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PSL West coaches strive to make teams more competitive

Coaches look to improve girls’ softball

By Harry M. Anderson, Jr.
Special to the Michigan Citizen

(Part one in a series)

DETROIT — Another season of girls’ softball has passed in the Detroit Public School League. Again, Renaissance and Cass Tech dominated their divisions, decimating their opponents.

Both squads met for the championship, and Renaissance beat Cass Tech for the PSL championship. The Phoenixes won their district in state tournament play only to fall in the state regional final, ending their blossoming season.

That has been almost the same scenario over the past several seasons.

PSL officials and coaches are looking to improve their league by finding the answers to the following questions: How can the Detroit PSL be on par with its suburban and Catholic League counterparts? Can the rest of the league catch up to Renaissance and Cass Tech? Western International, Mumford, Denby, East English Village are making strides, but how long will it take for them to be on par with the big two?

Don Wolan, head coach of Western International, and Garrod Taylor, head coach of Renaissance, shared their views on improving PSL softball and what they’re doing to make the league competitive.

“When I was the coach at Melvindale High, all the girls were sound on softball fundamentals,” Wolan said. “When I came to Western, most of the girls didn’t know certain procedure of play.

“The coaches before me didn’t take the time to teach the girls proper techniques. I broke things down and made it simple.”

Wolan says that it’s not that the kids can’t play, it’s that they didn’t know how to play. “Detroit has the athletes, but when it comes to skill and the fundamentals, the suburbs has the advantage,” he says.

According to Taylor, one of the things the suburban and Catholic teams have over PSL teams is the experience of the players.

“Most of the kids in the suburban and Catholic leagues play in summer leagues, play in tournaments during the regular season, attend clinics during the off-season and play travel ball,” he says. “If the city kids want to play better ball, they must enhance their skills. They just can’t work on softball from March to June; they must go beyond that period.”

Taylor does put his Phoenix softball squad in weekend tournaments around their PSL schedule. Most Saturdays, with help from some of the Renaissance parents, the team travels around southeast Michigan and even in the outstate portions of the state. Taylor said this gives the girls experience and an opportunity to see how other teams play.

As for skills, Wolan says he’s working on building pitchers for his Cowgirls squad. Thanks to the Western baseball squad, there’s an indoor baseball facility near the old Michigan Central Train Station where both baseball and softball teams work with fundamentals such as fielding, throwing, hitting, batting stance and, most of all, pitching. This is also held during the off-season, especially the winter months.

“We’re working on basic fundamental pitching skills,” Wolan said. “If we want to be competitive in our league and play against schools outside our league, we must accomplish this.”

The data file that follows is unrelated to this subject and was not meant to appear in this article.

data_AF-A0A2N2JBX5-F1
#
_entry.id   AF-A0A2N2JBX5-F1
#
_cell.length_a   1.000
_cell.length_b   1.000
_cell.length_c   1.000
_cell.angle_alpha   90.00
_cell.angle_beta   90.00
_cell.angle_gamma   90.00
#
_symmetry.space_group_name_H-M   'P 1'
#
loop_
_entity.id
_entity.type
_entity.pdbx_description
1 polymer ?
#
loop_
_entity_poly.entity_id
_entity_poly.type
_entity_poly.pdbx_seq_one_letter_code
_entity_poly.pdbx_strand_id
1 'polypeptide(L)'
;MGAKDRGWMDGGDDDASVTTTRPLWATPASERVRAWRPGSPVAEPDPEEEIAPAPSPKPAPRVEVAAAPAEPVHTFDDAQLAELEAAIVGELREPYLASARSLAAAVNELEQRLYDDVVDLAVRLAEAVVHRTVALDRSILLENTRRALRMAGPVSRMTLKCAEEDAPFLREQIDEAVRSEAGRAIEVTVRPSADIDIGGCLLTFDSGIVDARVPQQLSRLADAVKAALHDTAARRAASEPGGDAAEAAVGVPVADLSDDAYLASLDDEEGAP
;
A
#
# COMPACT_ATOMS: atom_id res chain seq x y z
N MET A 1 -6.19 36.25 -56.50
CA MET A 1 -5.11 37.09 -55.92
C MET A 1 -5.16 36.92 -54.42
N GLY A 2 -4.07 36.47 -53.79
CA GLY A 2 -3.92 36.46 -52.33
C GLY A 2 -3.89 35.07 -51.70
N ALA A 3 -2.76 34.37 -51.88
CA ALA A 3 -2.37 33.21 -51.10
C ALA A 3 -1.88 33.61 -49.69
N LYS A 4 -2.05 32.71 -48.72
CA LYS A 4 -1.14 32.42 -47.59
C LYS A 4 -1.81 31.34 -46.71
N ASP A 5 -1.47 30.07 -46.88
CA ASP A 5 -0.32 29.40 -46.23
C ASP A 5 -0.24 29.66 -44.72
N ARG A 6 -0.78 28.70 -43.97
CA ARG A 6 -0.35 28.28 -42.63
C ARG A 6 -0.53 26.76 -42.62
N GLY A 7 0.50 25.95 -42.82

Western holds their pitching clinics during the fall and winter. Students from other schools also participate.

“We have five eighth (graders) from Earhart and Holy Redeemer who are at our clinics. They’ll be at Western next year,” says Wolan. “We want to teach other schools’ kids how to pitch, not just Western kids. One of the pitchers from Cass Tech came to our clinics. We also run a pitching camp at Clark Park with the Clark Park Coalition. But again, I want to stress we want all kids from the PSL who want to improve their pitching skills.”

Taylor agrees that clinics are helpful.  “Yes, our girls have to go to clinics to get better. Our girls have to learn how to pitch and get the proper equipment. We do need more indoor facilities in the city,” he said.

“Our girls also have to play more softball and watch more games. By watching a game at Wayne State and/or Detroit Mercy, our girls can pick up on a few things to improve their game. They also must watch softball on TV via the Big Ten Network, which shows plenty of softball games.”

Both coaches also agreed on one thing the PSL badly needs: a steady flow of players from a feeder system via the middle schools.

“We need a feeder system that steadily sends kids to our high schools,” Wolan said. “When you don’t have a steady feeder, you won’t have a successful program.”

“We need this if we want the PSL to step up to the next level,” Taylor agreed. “If we want our girls to win the state championship and get college scholarships, we must do this to raise the skill level of our teams. The team we lost to in the regional final, Garden City, had girls on their team playing since they were 9, 10 or 11 years old. They also play on travel squads and summer leagues.”

There are some feeder programs such as Rosedale-Grandmont Association, Think Detroit PAL, Healthy Kidz and Legends League. Wolan and Taylor feel the coaches and the associations must network with each other to keep the steady flow of experience players into the Detroit PSL.

Wolan says there are some outstanding coaches in the PSL, not just at Renaissance and Cass Tech but at Mumford, Henry Ford, Communication Media Arts, King, Denby, Osborn and East English Village. He said the league must make sure they stay to establish their systems to build better teams.

“These coaches must be there for a long period of time to develop a system that the girls can learn and grow from,” says Wolan. “This will strengthen the league. If you keep changing coaches, nothing can be established.”

 

 

 

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